Serene no more: Logging roads snaking across the Borneo rainforest hillside, no thanks to illegal logging and other reasons for the clearing of jungle.
THE mountain ranges between Sarawak and Kalimantan are some of the most beautiful places I have laid eyes on. Visit the Bario and Ba’kelalan highlands and you find inner peace just by being there.
Closer to Kuching, there is a series of valleys and hills that separate Sarawak’s Batang Ai dam and West Kalimantan. Standing atop of this landscape, you come to the quick realisation that the natural world is truly without borders.
Here, at this frontier of the Malaysia’s largest state, is a portion of the Heart of Borneo (HoB).
For the uninitiated, HoB is an agreement initiated by the World Wide Fund for Nature (WWF) for the governments of Malaysia, Brunei and Indonesia to conserve one of Asia’s last great rainforests.
The tri-national HoB agreement, sometimes called the beating heart of Borneo, was signed in February 2007 in Bali.
In the years since – unfortunately – there have been illegal plungering of this 220,000 sq km landscape.
Anyone who has visited a resort at Batang Ai recently would have seen illegal logging roads snaking across the hillside. I wrote about this earlier but locals whom I remain in contact with believe that possible illegal felling of trees still recur from time to time.
I will not get into that this week since what I want to highlight here are the three new proposals from the just concluded eighth Heart of Borneo Trilateral Meeting in Central Kalimantan.
The proposals’ basis is to get grassroots involved in HoB by adding economic benefits.
This is a important because illegal felling and smuggling of trees are sometimes carried out with local consent. For instance, some communities are led to believe that illegal logging might be one way to get roads built. Others see oil palm estates as their ticket out of poverty (even though prices are plunging).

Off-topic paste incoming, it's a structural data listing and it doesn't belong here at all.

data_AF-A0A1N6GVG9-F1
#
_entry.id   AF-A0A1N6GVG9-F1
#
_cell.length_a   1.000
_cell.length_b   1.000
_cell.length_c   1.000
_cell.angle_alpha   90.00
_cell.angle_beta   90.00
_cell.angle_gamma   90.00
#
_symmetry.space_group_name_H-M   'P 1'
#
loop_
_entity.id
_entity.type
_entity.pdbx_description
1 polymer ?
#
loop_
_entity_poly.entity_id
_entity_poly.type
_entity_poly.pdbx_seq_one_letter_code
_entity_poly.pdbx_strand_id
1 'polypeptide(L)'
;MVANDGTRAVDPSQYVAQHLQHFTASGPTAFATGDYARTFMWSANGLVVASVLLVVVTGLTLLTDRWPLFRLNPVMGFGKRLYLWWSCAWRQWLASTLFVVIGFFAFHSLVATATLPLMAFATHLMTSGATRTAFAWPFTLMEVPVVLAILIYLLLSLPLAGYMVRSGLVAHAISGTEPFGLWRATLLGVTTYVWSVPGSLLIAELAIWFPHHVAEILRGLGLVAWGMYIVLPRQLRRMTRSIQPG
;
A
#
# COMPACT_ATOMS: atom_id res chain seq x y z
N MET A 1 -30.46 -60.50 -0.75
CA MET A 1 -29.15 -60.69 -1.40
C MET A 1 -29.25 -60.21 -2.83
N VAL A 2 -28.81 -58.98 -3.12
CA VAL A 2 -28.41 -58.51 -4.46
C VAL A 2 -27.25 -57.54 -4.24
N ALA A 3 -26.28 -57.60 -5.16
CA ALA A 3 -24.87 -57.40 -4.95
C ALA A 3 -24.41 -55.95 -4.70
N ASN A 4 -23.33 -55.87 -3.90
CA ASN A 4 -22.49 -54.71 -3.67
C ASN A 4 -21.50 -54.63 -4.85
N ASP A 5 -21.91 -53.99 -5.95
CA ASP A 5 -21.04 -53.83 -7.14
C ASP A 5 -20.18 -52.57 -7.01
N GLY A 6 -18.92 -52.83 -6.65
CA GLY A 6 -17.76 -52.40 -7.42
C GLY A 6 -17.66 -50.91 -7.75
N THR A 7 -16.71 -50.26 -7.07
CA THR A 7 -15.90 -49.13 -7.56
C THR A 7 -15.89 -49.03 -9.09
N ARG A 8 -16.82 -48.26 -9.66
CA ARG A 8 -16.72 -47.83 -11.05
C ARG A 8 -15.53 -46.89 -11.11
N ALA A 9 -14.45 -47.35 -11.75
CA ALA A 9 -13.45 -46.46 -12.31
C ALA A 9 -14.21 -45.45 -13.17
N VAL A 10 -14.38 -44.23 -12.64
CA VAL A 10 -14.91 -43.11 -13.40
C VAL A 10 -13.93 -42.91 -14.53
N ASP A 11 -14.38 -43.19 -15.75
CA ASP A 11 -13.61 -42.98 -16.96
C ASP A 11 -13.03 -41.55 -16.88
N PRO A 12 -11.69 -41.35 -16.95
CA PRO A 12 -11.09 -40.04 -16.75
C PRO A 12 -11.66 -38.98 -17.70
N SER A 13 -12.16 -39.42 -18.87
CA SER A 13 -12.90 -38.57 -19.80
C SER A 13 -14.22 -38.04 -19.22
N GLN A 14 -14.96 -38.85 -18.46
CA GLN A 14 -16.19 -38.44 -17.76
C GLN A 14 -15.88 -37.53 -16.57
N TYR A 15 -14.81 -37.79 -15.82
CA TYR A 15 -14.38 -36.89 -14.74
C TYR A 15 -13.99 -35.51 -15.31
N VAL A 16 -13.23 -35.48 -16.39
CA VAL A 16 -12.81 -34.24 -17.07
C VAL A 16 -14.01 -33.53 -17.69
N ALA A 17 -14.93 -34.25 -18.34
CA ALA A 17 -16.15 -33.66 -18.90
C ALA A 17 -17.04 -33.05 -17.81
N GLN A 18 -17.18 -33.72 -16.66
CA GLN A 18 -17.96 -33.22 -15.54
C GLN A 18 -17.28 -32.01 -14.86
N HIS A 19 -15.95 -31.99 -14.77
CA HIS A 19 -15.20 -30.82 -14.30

“There is no doubt about it – talking about conservation or natural capital alone is not going to secure ownership of the HoB Initiative with local communities,” said WWF Borneo civil society leader Christina Eghenter at the conclusion of the meeting last Thursday.
“The success of the initiative depends on creating benefits and well-being as much as on sustaining critical biodiversity… and have local communities as equal partners for HoB,” she added.
Indonesia discussed the possibility of organising a “Visit The Heart of Borneo Year 2018”, making ecotourism a component of green economy development. In its proposal, the neighbouring country emphasised on marketing Borneo as a single transboundary destination.
“This can be done by building on the natural and social-cultural assets of the interior and leveraging on combined strengths of the Heart of Borneo. The right policy and infrastructural conditions can support a model of green ecotourism that maximises revenues for local governments and communities, and minimises social and environmental costs,” the Indonesian proposal said.
The next proposal, the most ambitious, is by Brunei. The oil-rich nation, which must be credited as protecting its forests the best, tabled an idea to create a HoB corridor.
Brunei said there was a need to link 12 protected areas of national parks, wildlife sanctuaries and conservation landscapes from Sabah, through Brunei, across Sarawak into Kalimantan. The country said HoB would only be protected by connecting the presently fragmented land uses under a coherent management plan.
If this corridor goes ahead, it will become longest ecology landscape in the world and secure connectivity throughout all three HoB countries.
I hope the Sarawak government will do all it can to support all three proposals from the tri-national meeting. Sarawak’s forest conservation reputation is at an all-time low. Putting reputation aside, supporting the creation of the corridor, for instance, just feels like the right thing to do. Logically, it should not be a hard thing to implement since this is a large state with a low population.
The Sarawak government has poured a lot of resources into materialising the corridor of renewable energy and should counterbalance that with the HoB corridor. If the industralisation masterplan is what a developing state needs to do, then the green corridor is what it must also do to be developed.